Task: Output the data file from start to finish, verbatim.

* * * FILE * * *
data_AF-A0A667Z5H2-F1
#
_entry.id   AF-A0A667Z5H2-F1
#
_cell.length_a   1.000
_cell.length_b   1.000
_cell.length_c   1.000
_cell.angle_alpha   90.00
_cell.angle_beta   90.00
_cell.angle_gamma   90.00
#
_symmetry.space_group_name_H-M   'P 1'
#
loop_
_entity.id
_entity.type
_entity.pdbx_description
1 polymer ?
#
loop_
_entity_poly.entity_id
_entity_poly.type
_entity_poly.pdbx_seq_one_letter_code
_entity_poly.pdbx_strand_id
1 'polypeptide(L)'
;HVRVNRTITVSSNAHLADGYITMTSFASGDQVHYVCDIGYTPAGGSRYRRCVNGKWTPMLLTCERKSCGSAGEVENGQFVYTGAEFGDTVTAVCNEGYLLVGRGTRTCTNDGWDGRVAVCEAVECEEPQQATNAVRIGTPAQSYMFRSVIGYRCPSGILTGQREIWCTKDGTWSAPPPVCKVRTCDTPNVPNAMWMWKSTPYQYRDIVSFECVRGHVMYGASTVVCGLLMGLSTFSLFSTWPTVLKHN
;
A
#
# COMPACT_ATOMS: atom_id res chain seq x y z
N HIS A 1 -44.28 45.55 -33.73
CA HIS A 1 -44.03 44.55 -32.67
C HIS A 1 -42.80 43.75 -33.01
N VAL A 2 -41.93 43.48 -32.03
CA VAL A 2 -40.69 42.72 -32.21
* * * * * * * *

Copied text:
data_AF-A0A667Z5H2-F1
#
_entry.id   AF-A0A667Z5H2-F1
#
_cell.length_a   1.000
_cell.length_b   1.000
_cell.length_c   1.000
_cell.angle_alpha   90.00
_cell.angle_beta   90.00
_cell.angle_gamma   90.00
#
_symmetry.space_group_name_H-M   'P 1'
#
loop_
_entity.id
_entity.type
_entity.pdbx_description
1 polymer ?
#
loop_
_entity_poly.entity_id
_entity_poly.type
_entity_poly.pdbx_seq_one_letter_code
_entity_poly.pdbx_strand_id
1 'polypeptide(L)'
;HVRVNRTITVSSNAHLADGYITMTSFASGDQVHYVCDIGYTPAGGSRYRRCVNGKWTPMLLTCERKSCGSAGEVENGQFVYTGAEFGDTVTAVCNEGYLLVGRGTRTCTNDGWDGRVAVCEAVECEEPQQATNAVRIGTPAQSYMFRSVIGYRCPSGILTGQREIWCTKDGTWSAPPPVCKVRTCDTPNVPNAMWMWKSTPYQYRDIVSFECVRGHVMYGASTVVCGLLMGLSTFSLFSTWPTVLKHN
;
A
#
# COMPACT_ATOMS: atom_id res chain seq x y z
N HIS A 1 -44.28 45.55 -33.73
CA HIS A 1 -44.03 44.55 -32.67
C HIS A 1 -42.80 43.75 -33.01
N VAL A 2 -41.93 43.48 -32.03
CA VAL A 2 -40.69 42.72 -32.21